Thursday, August 1, 2013

Wht Debt Fund?

Wht Debt Fund?

Even today a conservative Indian investor continues to confuse mutual funds with equity. It is precisely because of this lack of understanding that they miss on the superior risk adjusted returns, easy liquidity and tax benefits that fixed income funds have to offer. Today 72% of the aggregate AUM of the mutual fund industry in India is invested in debt funds, thus marking the prominent position that fixed income funds hold in the asset management space.

While most retail investors do have a fair idea of the conventional financial instruments such as Bank FD’s, G-Sec, company NCD’s, they seem to be unaware of the fact that fixed income funds in India in fact invest in various combinations of these instruments only. 

The portfolio exposure(as of Nov’12) at the industry level shows that of the entire fixed income AUM ~10% is invested in G-sec, 53% is exposed to corporate securities and ~36% is invested in Bank FD’s. It is thus, important to understand that fixed income funds are nothing but a conduit to invest in such securities, only in a more efficient manner. Not only that, the investor through these funds gets the opportunity to choose from various schemes depending on his risk appetite and the desired tenor. He can custom make for himself a healthy salad by choosing from liquid fund, liquid plus funds, Short term income funds, GILT funds, income funds etc.

But is variety a good enough reason to shed the conventional thrift habits and shift to savvy fixed income funds? Certainly not, but who says that’s all. Fixed income funds have much more to their merit.

Sound investment philosophy germinates from prudent portfolio diversification, and that is exactly what debt funds do. The idea is to invest in the right securities at the right time and in the right proportion to garner the highest return every time. Such a task requires expertise and skill which a retail investor may not possess due to his distance from the intricacies of the market.

While a typical Indian retail investor is always more keen to invest in bank FD’s, what usually skips his mind is the threat posed by volatility in the inflation trajectory, which is inevitable in a developing economy. So when you lock in your money for a fixed tenure at a certain rate with a set anticipated trajectory of inflation that allows you to earn positive real return on an FD, the math completely falls apart if inflation starts to misbehave and eats into your returns. It is here that the flexibility and agility of the fixed income funds play a pivotal role in securing better real returns through prompt portfolio allocation.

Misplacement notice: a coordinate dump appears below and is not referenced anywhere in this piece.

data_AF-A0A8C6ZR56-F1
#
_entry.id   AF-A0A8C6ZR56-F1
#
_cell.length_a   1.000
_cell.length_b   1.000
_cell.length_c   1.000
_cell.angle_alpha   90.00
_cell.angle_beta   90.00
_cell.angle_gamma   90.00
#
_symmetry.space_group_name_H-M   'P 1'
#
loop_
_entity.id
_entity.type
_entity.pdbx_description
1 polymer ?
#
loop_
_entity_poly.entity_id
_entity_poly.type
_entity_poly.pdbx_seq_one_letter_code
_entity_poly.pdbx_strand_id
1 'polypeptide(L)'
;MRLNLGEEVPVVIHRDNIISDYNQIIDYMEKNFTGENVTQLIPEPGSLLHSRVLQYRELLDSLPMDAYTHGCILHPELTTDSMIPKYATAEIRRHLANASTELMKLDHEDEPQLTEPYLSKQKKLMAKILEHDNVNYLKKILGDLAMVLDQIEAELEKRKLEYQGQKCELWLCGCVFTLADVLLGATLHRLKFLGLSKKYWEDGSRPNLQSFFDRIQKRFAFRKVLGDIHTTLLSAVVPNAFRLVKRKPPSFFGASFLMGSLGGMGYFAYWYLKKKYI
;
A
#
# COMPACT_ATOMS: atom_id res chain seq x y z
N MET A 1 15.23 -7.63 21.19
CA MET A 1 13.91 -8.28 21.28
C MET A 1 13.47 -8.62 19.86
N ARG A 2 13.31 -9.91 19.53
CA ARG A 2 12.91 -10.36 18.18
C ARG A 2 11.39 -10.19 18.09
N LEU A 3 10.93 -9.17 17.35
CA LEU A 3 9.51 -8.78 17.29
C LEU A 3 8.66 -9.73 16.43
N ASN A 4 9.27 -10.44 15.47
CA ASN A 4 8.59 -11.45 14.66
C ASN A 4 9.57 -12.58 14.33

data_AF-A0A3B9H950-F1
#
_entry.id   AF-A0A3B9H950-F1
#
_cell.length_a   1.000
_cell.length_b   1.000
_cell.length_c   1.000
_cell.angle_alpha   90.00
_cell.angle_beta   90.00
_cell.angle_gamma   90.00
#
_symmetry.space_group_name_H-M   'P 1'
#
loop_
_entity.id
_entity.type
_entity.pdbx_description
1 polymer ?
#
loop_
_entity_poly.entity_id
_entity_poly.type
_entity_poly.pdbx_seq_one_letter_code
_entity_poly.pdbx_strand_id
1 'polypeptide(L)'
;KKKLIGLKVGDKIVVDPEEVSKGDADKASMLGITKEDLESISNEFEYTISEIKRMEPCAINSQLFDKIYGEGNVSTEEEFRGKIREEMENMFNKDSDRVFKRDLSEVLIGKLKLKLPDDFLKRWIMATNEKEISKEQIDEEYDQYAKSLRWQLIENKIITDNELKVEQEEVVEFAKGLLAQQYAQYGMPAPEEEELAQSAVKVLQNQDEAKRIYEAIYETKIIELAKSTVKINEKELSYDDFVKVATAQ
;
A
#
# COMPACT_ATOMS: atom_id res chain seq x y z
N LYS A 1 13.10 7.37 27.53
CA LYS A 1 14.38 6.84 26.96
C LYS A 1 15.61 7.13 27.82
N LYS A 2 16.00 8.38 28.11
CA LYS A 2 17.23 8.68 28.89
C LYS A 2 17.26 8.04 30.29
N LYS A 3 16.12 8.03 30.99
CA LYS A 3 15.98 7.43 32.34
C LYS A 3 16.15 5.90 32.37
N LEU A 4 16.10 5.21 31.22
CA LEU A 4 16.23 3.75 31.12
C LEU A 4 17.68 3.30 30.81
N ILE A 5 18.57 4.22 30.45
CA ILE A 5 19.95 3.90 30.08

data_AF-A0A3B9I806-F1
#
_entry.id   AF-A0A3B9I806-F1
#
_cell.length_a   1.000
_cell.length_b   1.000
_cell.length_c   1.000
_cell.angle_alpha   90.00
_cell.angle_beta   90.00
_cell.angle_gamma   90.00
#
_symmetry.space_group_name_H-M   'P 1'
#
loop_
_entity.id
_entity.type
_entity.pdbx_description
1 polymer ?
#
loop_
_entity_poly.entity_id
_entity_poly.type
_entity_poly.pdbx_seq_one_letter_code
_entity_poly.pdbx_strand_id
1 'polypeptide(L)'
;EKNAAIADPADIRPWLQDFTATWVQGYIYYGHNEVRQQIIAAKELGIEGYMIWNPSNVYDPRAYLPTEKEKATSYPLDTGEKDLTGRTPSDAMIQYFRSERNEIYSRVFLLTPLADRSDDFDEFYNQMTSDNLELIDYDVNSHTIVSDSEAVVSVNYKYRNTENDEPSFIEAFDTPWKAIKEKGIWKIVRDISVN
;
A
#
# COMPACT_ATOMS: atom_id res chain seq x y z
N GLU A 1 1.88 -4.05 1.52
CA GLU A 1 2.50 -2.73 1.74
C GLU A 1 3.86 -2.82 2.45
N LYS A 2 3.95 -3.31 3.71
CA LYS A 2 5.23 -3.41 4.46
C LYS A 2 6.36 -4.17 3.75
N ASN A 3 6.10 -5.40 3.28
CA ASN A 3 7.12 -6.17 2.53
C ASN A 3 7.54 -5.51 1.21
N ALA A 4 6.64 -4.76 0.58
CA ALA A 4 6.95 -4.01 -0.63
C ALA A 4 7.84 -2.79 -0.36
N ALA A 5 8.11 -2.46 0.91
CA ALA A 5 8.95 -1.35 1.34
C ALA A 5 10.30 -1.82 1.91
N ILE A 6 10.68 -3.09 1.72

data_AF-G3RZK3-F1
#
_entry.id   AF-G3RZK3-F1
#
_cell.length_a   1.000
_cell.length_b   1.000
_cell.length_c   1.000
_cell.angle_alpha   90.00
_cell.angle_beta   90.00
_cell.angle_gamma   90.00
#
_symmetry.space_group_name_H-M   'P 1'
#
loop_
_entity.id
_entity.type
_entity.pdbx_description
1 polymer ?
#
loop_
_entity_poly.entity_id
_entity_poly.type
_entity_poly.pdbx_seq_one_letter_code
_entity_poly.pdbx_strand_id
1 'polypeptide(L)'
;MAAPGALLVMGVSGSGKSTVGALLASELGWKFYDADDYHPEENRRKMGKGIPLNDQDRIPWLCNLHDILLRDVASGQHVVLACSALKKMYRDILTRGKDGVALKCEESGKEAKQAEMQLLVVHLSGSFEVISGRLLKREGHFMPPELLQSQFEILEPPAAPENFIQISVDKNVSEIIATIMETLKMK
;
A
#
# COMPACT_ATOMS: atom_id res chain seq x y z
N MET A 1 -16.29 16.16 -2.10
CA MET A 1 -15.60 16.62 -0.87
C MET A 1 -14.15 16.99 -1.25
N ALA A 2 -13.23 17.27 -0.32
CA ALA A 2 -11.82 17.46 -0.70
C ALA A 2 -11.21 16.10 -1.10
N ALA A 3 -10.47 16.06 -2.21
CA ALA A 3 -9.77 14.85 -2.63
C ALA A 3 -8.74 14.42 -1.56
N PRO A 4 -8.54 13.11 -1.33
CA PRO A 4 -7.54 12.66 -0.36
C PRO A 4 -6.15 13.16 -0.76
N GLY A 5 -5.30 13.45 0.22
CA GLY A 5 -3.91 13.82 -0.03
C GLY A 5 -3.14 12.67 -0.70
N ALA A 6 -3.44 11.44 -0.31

Very often investors start comparing pre-tax current return on FD’s with the past performance of various debt schemes and jump to the conclusion that FD’s are better. But that’s incorrect. What they should technically compare is the post tax return on FD in the same time span for which they are looking at the return on debt schemes. And once they do start comparing apples with apples, they’ll see how tax adjusted returns from debt funds are superior to those offered by bank FD’s.

Apart from these, the ease of liquidity that fixed income funds offer vis-à-vis bank FD’s and the like cannot be over looked. If you withdraw your money before maturity from an FD, you are liable to a monetary penalty, but, if you have invested with a debt fund you can redeem your units anytime you like without losing the gain accrued to you till that date! The same applies in case of pumping in small savings. Imagine opening an FD for Rs 2000-3000 every month!!

It is then difficult to justify as to why the retail investor participation in fixed income funds in India so low, even when the institutional investors are in fact making good returns from the same. The usual answer is the fee that they are charged. But is that a reasonable justification? You are ready to pay a doctor his fee for your diagnosis, even when you have the option if using the tried and tested nani maa ke nuskhe, then why this discrimination in case of financial services? The most nominal fee that the fund houses charge is for the expert guidance that they provide as the care taker of your money while bearing the huge onus of delivering superior returns time and again.

I think it’s time the retail investors, for their very own benefit ,move on to fixed income funds and take advantage of professional fund management expertise at low costs, which is already benefitting their institutional counterparts.

Vcare Investment Services Pvt ltd
201 Sai Sadan 76/78 Modi Street, 
Fort, Mumbai 400001


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